Anderson was born in Madison, Wis., in 1930—the 400th anniversary year of the Augsburg Confession, the statement of faith for which the College was named. He earned a bachelor’s degree from St. Olaf College in 1951 and after graduation went on to serve as a Marine Corps officer. He later continued his studies, earning a master’s degree in English from the University of Wisconsin in 1954, a bachelor of theology degree from Luther Theological Seminary in 1957, and a doctor of philosophy degree from Union Theological Seminary in 1961.
For 15 years Anderson taught church history at Luther Seminary in St. Paul, and for six years he also was director of graduate studies. He was a guest professor in 1968 at Concordia Seminary in St. Louis, Mo., and for five years was a guest lecturer at St. Paul Diocesan Seminary. A frequent guest pastor and educator at Lutheran churches throughout the United States, his publications include four books: The Reformation, Then and Now; Augsburg Historical Atlas of Christianity in the Middle Ages and Reformation; Readings in Luther for Laymen; and Faith and Freedom: The Christian Faith According to the Lutheran Confessions.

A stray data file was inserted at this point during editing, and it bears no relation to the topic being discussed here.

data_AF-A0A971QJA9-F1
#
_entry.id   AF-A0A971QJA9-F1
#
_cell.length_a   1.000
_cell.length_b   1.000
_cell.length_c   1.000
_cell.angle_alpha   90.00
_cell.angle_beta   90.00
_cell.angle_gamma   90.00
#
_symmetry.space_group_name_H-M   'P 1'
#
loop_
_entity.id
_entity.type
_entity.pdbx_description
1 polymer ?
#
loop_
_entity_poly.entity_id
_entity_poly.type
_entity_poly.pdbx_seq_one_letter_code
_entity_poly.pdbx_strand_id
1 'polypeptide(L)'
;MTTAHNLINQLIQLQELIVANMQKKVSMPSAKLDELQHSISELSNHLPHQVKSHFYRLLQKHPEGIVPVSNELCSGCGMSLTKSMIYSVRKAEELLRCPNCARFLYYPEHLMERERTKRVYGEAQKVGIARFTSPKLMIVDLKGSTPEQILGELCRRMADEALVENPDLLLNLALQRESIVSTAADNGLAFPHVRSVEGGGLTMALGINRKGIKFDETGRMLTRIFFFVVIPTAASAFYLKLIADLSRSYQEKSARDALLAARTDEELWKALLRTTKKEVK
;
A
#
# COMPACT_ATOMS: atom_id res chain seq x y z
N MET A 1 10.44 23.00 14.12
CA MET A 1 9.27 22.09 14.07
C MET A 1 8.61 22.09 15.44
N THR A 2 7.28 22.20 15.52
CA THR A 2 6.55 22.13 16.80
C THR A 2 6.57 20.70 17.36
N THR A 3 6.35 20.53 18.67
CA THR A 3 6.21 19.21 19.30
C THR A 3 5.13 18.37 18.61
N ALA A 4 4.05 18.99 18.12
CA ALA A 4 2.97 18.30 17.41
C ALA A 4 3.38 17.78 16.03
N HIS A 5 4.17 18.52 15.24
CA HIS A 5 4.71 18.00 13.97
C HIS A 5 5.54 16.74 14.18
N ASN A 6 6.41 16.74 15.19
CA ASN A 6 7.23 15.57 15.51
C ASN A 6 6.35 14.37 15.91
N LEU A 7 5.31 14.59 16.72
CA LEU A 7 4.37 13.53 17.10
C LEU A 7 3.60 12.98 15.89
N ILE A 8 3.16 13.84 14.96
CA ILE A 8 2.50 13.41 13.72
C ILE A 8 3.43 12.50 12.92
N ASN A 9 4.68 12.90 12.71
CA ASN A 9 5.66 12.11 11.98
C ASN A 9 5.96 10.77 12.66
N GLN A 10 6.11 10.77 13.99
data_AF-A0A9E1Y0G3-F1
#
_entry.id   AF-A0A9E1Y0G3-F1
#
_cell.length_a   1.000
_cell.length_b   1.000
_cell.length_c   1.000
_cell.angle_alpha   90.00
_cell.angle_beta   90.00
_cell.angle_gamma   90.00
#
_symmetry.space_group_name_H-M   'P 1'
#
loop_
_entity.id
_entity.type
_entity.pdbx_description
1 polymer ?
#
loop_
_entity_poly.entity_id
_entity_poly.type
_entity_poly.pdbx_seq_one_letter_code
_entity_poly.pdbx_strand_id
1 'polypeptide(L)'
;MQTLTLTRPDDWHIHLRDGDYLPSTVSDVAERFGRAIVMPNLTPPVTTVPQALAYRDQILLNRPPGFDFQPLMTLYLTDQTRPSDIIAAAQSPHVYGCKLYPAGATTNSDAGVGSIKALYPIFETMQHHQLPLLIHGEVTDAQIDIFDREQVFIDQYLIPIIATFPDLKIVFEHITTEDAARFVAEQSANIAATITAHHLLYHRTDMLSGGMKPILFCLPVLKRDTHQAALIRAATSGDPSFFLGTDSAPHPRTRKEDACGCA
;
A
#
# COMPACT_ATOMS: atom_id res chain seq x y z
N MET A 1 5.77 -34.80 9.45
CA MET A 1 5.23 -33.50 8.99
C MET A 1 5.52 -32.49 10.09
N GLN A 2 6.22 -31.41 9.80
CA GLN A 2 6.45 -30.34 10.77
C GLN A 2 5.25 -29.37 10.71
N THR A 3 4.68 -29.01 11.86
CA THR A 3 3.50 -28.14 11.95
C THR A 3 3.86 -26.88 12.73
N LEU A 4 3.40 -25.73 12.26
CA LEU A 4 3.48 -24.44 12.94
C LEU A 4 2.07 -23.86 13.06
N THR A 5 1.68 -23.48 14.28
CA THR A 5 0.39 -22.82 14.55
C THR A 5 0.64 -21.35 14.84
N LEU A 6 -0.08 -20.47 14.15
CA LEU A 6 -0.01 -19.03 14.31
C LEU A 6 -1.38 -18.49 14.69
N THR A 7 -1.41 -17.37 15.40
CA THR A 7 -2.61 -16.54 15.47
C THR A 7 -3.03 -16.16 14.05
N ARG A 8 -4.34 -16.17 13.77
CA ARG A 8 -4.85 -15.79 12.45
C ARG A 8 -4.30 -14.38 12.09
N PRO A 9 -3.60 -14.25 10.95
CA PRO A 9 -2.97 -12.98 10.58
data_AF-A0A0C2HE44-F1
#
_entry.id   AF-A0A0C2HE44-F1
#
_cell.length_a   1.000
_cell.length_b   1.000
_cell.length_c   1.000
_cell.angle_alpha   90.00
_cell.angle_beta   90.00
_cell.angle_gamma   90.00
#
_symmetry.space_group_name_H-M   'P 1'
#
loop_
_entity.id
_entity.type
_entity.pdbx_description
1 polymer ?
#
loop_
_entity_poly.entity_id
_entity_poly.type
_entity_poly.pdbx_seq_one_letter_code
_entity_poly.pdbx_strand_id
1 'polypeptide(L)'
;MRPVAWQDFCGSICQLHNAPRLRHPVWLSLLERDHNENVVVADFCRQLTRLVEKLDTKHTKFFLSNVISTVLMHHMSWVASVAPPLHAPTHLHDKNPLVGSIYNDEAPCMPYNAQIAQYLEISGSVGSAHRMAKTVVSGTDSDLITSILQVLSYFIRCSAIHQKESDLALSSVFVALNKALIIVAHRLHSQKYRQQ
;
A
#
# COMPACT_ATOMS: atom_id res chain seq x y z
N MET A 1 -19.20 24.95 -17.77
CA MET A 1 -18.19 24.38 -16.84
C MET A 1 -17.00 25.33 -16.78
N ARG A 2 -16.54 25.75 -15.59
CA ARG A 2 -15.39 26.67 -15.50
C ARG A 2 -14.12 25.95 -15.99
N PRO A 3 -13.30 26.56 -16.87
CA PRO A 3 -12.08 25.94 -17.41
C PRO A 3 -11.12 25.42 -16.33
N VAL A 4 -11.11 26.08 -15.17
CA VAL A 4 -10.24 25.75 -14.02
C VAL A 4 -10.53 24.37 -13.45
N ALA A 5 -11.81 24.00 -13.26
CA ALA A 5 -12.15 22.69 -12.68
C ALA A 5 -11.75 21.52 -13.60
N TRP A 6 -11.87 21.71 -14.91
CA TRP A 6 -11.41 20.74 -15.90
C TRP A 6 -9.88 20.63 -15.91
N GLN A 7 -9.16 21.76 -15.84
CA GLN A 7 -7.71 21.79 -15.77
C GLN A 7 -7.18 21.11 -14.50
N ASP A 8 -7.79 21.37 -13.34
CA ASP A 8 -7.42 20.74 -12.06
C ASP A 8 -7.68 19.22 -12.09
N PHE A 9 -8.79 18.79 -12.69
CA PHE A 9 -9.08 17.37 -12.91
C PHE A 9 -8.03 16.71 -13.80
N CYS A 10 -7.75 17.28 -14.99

As a lifelong scholar, Anderson completed postdoctoral study in Strasbourg, France, and at Columbia University, the University of Minnesota, Harvard University, and Union Theological Seminary.
Anderson came to Augsburg in 1976 as vice president for academic affairs and dean of the college—a role he served until his election as College president.
During the 17 years of Anderson’s presidency, Augsburg instituted two graduate degree programs, launched the Weekend and Evening College program, and established the Center for Global Education. The College amplified its support of students of diverse backgrounds and abilities by creating the StepUP® program for young people in recovery and the CLASS office for differently abled students. Augsburg also celebrated the addition and improvement of numerous campus facilities such as the Foss, Lobeck, Miles Center for Worship, Drama, and Communication; the Oscar Anderson Residence Hall; and the James G. Lindell Family Library.